In addition to reach and effectiveness, cost is an important factor that can affect program sustainability [17]. An economic evaluation of 15 C3I sites found that monthly operating costs per site ranged from $5129 to $20,751 (median = $11,045), with most costs going towards personnel [18]. Cost per participant ranged from $70 to $2093 (median = $454) and cost per quit was less than $3500 across centers. Overall, C3I centers achieved satisfactory quit rates at reasonable costs [14], and the programs were expected to become more cost-effective as they continued to scale up. Identifying factors associated with high reach and effectiveness while minimizing costs is imperative for maximizing program efficiency and sustainability. However, operating costs of C3I programs in relation to their reach and effectiveness has not been examined. Therefore, the objective of this study was to compare program outcomes relative to expended resources and to identify best practices across cancer centers, including which program components and implementation strategies were associated with optimal efficiency.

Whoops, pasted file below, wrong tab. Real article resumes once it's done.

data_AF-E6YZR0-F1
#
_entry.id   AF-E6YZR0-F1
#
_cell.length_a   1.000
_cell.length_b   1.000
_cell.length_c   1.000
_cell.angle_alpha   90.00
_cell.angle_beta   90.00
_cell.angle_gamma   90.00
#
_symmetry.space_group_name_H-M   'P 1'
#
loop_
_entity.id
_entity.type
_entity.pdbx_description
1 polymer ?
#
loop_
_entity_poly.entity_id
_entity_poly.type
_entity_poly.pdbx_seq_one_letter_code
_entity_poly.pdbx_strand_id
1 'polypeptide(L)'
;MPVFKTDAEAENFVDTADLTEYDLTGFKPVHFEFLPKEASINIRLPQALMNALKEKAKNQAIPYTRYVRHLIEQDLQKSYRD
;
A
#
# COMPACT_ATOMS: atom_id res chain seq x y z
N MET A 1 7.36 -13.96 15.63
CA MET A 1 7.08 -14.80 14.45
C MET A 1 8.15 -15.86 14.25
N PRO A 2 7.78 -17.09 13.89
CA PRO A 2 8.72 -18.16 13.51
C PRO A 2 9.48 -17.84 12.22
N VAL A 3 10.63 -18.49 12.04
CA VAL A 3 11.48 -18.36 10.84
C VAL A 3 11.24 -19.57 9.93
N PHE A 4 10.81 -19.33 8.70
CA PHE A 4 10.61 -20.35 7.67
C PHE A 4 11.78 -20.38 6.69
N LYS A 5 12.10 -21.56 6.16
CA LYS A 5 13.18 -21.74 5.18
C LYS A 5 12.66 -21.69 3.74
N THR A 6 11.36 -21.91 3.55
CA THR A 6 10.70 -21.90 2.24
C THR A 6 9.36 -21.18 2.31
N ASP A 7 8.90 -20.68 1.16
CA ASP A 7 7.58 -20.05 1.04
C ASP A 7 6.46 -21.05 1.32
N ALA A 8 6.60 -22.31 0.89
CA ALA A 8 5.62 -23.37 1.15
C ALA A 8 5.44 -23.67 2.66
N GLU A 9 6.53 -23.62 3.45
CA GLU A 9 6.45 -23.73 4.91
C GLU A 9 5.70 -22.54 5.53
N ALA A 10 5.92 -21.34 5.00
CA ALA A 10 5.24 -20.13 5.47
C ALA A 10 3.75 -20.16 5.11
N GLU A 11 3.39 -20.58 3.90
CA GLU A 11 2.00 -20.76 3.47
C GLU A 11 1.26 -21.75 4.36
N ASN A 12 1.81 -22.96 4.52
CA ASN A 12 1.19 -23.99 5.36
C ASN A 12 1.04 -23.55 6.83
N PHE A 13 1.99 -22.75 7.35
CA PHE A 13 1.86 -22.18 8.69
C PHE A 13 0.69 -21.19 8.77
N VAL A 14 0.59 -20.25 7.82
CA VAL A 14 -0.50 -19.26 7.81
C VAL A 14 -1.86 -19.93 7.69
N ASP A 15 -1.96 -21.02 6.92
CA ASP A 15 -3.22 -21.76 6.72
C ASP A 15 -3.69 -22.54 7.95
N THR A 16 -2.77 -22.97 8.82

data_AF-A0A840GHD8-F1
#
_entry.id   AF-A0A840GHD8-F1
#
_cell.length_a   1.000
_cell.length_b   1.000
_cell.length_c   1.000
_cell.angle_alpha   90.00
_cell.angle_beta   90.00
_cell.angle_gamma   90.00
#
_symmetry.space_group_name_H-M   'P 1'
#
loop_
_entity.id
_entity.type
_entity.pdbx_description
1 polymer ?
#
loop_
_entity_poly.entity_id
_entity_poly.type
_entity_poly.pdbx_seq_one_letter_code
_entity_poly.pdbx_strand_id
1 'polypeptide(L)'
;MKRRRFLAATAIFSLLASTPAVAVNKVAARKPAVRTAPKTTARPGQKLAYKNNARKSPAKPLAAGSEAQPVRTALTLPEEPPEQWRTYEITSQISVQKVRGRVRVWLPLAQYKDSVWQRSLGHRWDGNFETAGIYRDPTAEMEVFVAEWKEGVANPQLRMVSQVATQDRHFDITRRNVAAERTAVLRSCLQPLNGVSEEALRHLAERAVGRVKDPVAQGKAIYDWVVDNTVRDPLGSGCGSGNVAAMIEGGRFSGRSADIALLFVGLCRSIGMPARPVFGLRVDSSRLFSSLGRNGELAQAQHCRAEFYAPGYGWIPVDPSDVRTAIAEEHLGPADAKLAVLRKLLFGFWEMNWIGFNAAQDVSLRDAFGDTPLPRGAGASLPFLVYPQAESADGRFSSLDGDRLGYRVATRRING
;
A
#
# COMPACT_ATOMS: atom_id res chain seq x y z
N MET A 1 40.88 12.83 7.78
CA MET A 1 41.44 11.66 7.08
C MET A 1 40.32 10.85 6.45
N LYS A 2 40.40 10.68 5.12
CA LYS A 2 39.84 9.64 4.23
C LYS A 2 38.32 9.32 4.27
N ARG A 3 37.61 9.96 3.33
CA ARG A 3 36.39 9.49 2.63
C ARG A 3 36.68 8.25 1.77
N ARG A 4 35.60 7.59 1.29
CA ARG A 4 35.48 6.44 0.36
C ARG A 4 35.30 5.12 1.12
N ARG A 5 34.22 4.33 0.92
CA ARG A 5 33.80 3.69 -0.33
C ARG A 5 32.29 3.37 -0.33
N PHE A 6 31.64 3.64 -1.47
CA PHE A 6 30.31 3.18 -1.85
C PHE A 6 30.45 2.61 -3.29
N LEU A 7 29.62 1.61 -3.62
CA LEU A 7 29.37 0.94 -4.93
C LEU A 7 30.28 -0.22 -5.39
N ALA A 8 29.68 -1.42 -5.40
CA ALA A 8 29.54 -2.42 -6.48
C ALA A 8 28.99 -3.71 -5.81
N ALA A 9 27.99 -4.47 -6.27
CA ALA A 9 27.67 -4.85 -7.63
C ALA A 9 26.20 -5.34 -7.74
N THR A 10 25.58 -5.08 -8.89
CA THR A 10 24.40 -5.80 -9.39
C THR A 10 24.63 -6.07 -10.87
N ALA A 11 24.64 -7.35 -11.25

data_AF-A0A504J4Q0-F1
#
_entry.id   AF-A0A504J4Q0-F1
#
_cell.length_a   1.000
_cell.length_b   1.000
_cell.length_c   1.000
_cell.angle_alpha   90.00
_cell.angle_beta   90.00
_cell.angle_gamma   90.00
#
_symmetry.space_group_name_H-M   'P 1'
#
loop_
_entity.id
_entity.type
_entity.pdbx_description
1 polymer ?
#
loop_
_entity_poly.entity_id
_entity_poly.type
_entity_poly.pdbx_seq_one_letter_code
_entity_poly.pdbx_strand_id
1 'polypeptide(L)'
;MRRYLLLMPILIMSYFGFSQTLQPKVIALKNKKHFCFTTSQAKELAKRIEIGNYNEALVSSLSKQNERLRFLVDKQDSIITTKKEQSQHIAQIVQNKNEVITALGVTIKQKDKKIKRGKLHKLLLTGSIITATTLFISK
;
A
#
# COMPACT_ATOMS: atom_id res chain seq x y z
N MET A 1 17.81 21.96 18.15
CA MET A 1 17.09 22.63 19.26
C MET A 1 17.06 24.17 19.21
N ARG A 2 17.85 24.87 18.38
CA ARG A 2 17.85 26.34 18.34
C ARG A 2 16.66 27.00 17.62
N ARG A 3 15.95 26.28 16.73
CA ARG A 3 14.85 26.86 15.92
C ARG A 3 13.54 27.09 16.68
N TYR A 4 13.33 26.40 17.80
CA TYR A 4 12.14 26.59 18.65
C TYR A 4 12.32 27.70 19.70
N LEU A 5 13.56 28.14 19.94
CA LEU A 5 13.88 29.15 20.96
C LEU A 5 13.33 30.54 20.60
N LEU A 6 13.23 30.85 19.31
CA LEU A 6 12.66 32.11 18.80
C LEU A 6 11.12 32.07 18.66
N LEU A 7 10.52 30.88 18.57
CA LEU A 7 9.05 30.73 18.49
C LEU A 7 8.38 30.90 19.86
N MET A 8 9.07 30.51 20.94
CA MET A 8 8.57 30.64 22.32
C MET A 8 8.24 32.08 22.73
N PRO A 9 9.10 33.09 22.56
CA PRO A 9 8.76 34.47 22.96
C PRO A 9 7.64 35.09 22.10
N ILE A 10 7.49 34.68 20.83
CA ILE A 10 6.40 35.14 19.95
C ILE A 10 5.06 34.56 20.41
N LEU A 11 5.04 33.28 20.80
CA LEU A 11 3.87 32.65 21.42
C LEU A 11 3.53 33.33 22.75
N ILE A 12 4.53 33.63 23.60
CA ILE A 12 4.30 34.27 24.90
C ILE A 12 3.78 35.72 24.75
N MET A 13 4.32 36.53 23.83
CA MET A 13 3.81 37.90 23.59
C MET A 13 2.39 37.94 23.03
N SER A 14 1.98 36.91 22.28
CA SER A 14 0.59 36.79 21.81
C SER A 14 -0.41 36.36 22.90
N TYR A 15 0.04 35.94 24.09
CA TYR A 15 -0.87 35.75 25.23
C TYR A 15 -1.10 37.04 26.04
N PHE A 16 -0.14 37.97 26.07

To compare C3I program outcomes relative to expended resources, we applied a mathematical optimization method called data envelopment analysis (DEA). DEA is widely used in economics and engineering for measuring the relative performance of production units [19, 20]. One advantage of DEA is that it does not require any parametric assumptions regarding data distributions, and data are not restricted to any functional form [20]. DEA assesses the ratio of outputs to inputs when evaluating performance and produces a “best practice frontier” representing the best performing units. Performance of the remaining units is calculated as a relative score compared to the unit(s) located on the best practice frontier. Thus, DEA can be particularly useful in assessing which C3I programs are operating most efficiently. We assessed efficiency of C3I programs to demonstrate the application of this method in implementation science. In this study, each C3I program was compared against the best practice frontier which consists of the C3I program(s) with the most efficient performance (i.e., proportion of observed outcomes to benchmarked outcomes for given input levels). Multiple inputs and outcomes can be considered simultaneously while using DEA, which allows for evaluation of several factors related to performance, such as cost, reach, and effectiveness. Although these implementation outcomes are commonly assessed in implementation research, efficiency is rarely evaluated as it relates to the implementation of evidence-based practices. Thus, this study also seeks to demonstrate the utility of using DEA as a program evaluation tool within the field of implementation science. By assessing the reach and effectiveness relative to resources expended, decision makers can be better informed regarding which factors contribute to the most effective and sustainable program components in order to maximize impact of their programs.